Listening Skills: An Overview of the 2 Types
There are two types of listening skills, one being active listening and the other being passive listening. An active listener is truly invested in the conversation at hand and actively taking in all aspects to the convo while even providing their own input as well. A passive listener is the type of person who we usually say listen to someone speak but it, “goes in one ear and out the other.” They maybe be looking at you, but they aren’t articulating or absorbing the words you are speaking. It is more effective to be an active listener when it comes to every scenario in life, but what happens when that practice becomes way too difficult for someone to do?
Listening sounds like such a simple skill first glance, but according to Organizational Anthropologist Judith E. Glaser, “many of us fall into listening habit patterns that stop us from engaging deeply with others”. This statement accurately depicts how a passive listener may conduct conversations, and how staying focused for more than a few seconds can be quite difficult for some. Typically, younger children naturally have a very passive listening skill pattern, just due to age. But as we grow, being correctly taught how to listen and be engaged in conversations, is an extremely important characteristic to have in life, especially in the business world. High professionalism does include incredible active listening skills.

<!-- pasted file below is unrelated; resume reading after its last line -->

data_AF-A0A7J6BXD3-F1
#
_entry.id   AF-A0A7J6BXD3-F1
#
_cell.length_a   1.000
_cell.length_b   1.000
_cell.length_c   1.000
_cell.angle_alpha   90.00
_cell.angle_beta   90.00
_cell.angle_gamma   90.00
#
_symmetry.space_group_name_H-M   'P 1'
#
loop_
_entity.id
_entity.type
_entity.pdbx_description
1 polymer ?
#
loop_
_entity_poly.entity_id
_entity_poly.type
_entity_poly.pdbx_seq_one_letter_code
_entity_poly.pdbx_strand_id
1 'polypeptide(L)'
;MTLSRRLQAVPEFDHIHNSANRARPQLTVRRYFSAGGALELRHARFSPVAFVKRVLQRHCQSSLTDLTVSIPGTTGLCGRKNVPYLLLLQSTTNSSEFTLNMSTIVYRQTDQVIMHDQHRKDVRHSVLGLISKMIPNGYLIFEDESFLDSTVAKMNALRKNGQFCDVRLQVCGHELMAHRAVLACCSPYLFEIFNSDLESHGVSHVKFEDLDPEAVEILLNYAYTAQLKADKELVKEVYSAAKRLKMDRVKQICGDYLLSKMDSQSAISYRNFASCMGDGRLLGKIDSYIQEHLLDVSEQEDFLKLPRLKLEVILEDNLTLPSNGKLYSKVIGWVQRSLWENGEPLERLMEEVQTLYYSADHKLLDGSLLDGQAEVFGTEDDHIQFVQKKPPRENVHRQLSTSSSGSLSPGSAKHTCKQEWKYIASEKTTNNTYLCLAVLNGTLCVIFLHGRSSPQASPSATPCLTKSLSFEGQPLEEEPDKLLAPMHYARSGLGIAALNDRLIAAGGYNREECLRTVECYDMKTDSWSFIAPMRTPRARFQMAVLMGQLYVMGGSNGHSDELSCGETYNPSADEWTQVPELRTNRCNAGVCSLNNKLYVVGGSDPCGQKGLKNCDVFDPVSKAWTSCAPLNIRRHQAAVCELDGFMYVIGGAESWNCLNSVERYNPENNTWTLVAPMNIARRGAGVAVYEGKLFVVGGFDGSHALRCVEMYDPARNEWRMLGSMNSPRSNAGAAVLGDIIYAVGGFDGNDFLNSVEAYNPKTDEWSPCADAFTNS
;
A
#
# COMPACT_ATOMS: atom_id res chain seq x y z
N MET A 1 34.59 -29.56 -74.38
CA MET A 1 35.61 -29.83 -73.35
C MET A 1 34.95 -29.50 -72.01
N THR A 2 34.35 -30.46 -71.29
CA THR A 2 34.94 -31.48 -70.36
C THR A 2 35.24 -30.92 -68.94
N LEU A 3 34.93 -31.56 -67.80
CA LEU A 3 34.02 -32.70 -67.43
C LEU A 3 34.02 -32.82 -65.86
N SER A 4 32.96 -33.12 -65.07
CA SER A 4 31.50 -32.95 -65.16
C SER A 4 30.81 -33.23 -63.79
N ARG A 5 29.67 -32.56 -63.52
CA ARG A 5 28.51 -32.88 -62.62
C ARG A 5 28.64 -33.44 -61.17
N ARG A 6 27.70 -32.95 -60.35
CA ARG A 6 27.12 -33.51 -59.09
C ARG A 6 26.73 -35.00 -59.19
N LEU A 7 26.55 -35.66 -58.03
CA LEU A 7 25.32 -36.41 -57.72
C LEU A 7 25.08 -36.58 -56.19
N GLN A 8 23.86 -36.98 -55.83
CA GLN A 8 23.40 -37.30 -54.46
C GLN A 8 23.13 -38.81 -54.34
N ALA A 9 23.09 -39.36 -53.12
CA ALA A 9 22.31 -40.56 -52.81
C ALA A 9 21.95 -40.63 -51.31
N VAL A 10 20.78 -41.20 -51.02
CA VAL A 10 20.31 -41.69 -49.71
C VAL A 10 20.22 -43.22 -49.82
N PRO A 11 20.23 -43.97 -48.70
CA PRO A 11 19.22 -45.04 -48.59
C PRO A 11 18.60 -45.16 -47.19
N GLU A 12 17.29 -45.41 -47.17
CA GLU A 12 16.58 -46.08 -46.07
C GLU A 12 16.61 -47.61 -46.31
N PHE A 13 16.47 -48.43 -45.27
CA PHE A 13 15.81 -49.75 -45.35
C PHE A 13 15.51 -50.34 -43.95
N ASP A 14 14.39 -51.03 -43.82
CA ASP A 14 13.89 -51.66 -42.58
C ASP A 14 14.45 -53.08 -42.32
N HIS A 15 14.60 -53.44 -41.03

Listening is a wonderful skill, but many people confuse active listening from passive listener. The passive listener hears what the person has to say, and can even parrot back the other person’s words, but passive listeners lack full comprehension and understanding of what the speaker is trying to convey. The active listener is assertively engaged in the listening process. This means the listener is not simply hearing what is said but is trying to genuinely understand the person and not just the content. Active listeners ask questions, validate the speaker, and try to decipher what emotions the speaker is experiencing. As a result, the person that speaks feels that they have been understood, and not just heard. This leads to improvement in relationships, communication, and empathy.
Top tip to be a good listener: My top tip to be a good listener: ask thoughtful questions during a conversation. Try to really understand what is being talked about, encourage yourself to be curious about the topic, then ask questions to solidify your understanding. The best relationships I have had with clients and colleagues have occurred because I have asked thoughtful questions about their interests and activities. Asking questions shows other that you really care about them and what they are talking about.
Whether you feel like your listening skills are up to par or not, it’s important to always acknowledge your own listening skills frequently. We are only human so of course, we’ll have those days where the mental fatigue is real, so active listening can be quite difficult to perform. But as long as you are aware of this skill and the importance of it, you will have more effective conversations regardless of the topic.